But these improvements were too late. The settlers had discovered that there were urban centers in Rio Grande do Sul where life was easier, both elementary and high schools were available, and livelihoods could be made through commerce.
By 1909 the majority of the settlers had left Philippson.8 with most settling in the city of Santa Maria, only nine miles away, or the state’s capital, Porto Alegre, about 200 hundred miles distant. In that same year, Porto Alegre’s first minion was held (the quorum of ten men necessary for Jewish prayer sessions ). 9.
Was Creating Jewish Farmers the Goal ?
So did the JCA retreat southwest to Argentina? No. Instead, in 1909 they bought land for a much larger Brazilian colony a little further north in Rio Grande. Philippson was built on a twenty-two square mile tract of land. The new colony, Quatro Irmãos, consisted of 362 square miles. Why this massive expansion after Philippson’s lackluster success? Could it be that converting Russian Jews into successful farmers was not the principal goal of these Brazilian colonies?
Baron Hirsch was not the only Belgian to make a fortune in railroads. In the late nineteenth and early twentieth century, the Belgian financial community was underwriting the development and expansion of railroads all over the world.10. The Philippson colony was named for the Vice-President of the JCA, Franz Philippson, a Belgian banker and president of the Brussels Jewish community.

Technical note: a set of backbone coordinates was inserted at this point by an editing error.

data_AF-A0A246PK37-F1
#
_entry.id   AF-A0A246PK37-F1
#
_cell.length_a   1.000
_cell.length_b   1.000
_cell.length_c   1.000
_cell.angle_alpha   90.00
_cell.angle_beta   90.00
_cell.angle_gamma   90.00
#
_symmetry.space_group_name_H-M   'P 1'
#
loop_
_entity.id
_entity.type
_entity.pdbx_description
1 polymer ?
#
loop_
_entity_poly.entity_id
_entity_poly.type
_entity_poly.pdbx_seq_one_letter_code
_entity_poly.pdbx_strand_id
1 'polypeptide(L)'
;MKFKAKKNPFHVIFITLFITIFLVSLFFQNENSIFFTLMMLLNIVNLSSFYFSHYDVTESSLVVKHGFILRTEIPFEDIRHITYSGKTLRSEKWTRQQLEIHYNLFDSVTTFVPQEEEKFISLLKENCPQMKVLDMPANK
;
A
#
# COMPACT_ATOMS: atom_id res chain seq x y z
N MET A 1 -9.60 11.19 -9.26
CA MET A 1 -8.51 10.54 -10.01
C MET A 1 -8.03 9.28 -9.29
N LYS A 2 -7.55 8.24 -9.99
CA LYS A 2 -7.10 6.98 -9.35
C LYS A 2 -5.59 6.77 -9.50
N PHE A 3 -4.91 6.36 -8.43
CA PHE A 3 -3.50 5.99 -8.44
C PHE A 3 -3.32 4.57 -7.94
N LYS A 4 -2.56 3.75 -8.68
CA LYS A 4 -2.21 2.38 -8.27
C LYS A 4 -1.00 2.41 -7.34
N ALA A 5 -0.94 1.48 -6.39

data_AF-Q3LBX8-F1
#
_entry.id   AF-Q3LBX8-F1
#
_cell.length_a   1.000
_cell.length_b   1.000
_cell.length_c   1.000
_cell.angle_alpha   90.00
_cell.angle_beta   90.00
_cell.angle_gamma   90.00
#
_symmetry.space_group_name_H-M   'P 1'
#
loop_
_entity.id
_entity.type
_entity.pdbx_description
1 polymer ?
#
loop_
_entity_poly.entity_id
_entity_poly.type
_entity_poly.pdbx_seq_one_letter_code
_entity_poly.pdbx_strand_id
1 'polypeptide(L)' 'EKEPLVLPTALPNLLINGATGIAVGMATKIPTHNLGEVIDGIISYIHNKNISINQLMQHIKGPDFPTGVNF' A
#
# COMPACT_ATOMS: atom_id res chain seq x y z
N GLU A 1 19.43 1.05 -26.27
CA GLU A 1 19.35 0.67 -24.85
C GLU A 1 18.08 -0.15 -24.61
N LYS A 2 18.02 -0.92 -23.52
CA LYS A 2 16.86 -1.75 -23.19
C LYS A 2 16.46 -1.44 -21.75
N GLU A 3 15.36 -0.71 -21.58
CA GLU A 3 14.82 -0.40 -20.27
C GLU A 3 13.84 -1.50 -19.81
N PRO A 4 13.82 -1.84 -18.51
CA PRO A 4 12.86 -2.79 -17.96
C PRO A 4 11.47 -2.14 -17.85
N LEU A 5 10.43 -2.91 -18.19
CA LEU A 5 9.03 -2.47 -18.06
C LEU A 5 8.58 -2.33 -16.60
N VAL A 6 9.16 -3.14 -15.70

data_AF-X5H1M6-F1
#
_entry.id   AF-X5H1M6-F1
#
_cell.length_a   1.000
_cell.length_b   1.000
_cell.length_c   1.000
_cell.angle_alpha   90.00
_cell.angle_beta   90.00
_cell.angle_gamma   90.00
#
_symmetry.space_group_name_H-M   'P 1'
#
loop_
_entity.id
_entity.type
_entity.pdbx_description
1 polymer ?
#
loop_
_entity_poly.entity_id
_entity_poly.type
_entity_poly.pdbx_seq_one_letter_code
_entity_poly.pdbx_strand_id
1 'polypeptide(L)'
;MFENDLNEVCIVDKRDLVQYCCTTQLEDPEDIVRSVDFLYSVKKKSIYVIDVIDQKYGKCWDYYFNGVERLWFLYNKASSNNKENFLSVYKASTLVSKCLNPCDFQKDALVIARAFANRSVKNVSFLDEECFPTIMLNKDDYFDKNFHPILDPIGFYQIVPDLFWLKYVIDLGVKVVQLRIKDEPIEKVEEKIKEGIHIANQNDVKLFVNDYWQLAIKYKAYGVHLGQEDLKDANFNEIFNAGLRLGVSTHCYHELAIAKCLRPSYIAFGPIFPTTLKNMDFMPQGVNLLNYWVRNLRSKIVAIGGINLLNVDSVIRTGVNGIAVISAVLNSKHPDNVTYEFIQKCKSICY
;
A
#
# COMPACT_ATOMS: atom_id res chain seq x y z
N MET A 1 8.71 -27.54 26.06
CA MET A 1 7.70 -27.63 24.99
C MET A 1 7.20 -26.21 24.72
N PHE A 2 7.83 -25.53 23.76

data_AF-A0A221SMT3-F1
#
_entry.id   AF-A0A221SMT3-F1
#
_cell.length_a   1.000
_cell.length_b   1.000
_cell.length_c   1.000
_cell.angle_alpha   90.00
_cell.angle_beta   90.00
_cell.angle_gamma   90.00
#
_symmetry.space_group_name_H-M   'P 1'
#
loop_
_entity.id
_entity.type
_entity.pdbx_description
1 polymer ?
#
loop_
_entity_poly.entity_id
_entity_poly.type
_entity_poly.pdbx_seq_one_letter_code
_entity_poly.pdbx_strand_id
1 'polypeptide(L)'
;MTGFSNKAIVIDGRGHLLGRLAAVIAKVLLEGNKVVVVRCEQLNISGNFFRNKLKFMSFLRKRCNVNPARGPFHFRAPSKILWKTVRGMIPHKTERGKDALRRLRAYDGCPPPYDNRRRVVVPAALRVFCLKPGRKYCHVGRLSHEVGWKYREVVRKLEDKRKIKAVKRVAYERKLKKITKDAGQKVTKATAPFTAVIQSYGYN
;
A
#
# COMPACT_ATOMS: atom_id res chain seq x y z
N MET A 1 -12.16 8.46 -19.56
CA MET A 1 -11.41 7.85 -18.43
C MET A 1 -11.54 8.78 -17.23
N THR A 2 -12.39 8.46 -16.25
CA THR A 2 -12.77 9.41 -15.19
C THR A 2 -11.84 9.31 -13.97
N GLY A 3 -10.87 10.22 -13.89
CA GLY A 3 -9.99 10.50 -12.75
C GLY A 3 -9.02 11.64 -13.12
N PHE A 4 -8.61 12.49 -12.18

Philippson had built the railroads in the Belgian Congo. He then became president and owner of the Compaigne Auxiliaire de Chemins du Fer au Bresil which In 1898 won a major contract to build and maintain railroads in Rio Grande do Sul. The Compaigne then opened an office in Santa Maria, just fourteen miles from the site of the future Philippson colony. 11
Were the Railroad Contracts the Real Objective ?
By 1902 Compaigne Auxiliaire controlled most of the railroads in the state 12 and, by 1905, controlled all of them and held the contract for the completion of the railroad grid. 13. This business interest was a key factor in the JCA Board’s decision to expand into Brazil and to open a second colony even when the first one was failing. For, in Rio Grande Philippson and the JCA Board saw a confluence of business and charitable interests. 14
Staying within the by-laws that required the JCA to “assist and promote Jewish emigration”, 15 the Board realized they could use JCA funds to open immigrant farming colonies near the Brazilian railroad lines. These colonies would satisfy the stipulation in all government contracts that “obliged all foreign railroad construction companies within 15 years [of signing a contract] to settle along the railroads they built one thousand native or immigrant farmers . . . ”. 16.